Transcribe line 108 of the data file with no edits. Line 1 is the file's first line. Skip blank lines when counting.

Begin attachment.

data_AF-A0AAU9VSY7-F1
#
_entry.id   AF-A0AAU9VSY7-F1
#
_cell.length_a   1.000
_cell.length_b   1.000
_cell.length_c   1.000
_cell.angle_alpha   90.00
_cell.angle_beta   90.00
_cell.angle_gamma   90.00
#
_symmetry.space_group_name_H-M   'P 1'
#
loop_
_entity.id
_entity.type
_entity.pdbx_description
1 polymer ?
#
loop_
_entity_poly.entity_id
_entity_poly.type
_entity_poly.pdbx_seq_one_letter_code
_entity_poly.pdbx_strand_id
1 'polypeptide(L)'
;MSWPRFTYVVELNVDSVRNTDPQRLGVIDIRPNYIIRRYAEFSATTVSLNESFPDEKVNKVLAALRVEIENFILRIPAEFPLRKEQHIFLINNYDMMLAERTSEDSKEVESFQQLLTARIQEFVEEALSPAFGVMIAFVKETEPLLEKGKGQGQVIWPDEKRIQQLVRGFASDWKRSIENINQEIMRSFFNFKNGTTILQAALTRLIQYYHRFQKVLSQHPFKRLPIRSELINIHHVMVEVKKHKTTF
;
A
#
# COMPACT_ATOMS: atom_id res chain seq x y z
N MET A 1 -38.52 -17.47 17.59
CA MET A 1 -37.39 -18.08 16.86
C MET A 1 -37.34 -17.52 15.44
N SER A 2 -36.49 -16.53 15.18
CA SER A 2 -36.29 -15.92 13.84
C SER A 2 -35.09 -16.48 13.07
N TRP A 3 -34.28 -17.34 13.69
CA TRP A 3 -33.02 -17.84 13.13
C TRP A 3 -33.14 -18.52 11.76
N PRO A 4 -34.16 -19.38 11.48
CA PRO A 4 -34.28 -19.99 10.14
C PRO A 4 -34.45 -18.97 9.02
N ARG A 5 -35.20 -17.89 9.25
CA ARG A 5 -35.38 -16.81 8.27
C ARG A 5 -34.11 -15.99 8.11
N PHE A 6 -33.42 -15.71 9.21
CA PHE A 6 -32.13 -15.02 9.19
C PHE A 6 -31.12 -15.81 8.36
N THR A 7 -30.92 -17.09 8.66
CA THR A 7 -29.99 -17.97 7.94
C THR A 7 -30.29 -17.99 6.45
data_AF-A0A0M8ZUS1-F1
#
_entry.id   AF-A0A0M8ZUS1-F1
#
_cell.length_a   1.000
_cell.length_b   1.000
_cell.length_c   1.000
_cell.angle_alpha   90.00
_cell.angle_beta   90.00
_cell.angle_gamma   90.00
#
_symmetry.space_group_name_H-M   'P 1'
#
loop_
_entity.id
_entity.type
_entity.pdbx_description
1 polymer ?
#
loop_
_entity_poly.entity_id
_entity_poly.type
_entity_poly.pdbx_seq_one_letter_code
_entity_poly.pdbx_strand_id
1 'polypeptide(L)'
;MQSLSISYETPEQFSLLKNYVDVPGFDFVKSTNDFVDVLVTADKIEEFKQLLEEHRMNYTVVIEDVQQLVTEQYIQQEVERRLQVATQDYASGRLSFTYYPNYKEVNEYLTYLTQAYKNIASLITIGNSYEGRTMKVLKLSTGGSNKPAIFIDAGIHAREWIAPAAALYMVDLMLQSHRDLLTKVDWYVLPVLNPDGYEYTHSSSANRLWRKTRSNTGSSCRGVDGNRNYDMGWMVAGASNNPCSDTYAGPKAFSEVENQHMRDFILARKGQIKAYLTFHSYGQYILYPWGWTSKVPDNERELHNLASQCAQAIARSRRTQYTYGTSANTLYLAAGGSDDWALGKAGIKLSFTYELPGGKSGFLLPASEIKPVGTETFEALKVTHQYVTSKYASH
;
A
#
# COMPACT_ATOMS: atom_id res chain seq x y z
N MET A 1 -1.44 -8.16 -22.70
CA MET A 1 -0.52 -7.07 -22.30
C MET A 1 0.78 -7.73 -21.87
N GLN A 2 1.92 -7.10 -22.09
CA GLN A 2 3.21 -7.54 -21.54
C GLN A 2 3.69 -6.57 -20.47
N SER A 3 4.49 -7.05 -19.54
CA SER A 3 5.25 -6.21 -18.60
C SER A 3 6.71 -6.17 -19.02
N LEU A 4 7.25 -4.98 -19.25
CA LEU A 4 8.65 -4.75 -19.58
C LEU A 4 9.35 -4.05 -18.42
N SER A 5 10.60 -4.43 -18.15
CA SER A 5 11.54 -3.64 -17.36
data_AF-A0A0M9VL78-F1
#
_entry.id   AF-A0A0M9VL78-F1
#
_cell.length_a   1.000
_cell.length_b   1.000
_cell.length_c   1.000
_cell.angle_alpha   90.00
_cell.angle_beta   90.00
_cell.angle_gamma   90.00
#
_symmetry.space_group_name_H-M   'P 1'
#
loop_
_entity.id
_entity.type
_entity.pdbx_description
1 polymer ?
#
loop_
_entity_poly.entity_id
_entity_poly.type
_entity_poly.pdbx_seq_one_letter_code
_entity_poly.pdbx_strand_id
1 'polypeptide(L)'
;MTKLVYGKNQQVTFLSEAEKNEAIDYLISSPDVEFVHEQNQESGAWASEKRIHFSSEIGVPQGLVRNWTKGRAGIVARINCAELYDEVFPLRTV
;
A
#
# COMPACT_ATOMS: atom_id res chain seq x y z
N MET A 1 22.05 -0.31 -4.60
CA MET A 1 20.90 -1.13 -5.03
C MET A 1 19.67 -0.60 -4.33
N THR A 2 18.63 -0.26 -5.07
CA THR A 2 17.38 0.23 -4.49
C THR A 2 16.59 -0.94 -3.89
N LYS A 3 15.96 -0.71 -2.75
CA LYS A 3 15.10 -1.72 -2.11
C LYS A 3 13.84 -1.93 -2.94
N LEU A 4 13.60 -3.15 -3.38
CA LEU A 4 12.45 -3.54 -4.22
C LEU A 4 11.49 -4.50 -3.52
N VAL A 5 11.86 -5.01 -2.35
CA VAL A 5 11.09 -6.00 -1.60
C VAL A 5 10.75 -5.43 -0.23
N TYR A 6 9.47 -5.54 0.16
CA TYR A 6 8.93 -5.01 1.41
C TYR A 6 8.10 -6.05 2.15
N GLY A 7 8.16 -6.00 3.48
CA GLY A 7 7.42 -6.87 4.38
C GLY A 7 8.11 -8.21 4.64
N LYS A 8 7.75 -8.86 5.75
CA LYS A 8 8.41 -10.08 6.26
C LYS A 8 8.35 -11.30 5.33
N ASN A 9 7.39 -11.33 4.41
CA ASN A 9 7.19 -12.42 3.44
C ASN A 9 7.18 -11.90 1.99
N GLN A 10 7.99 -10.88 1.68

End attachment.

#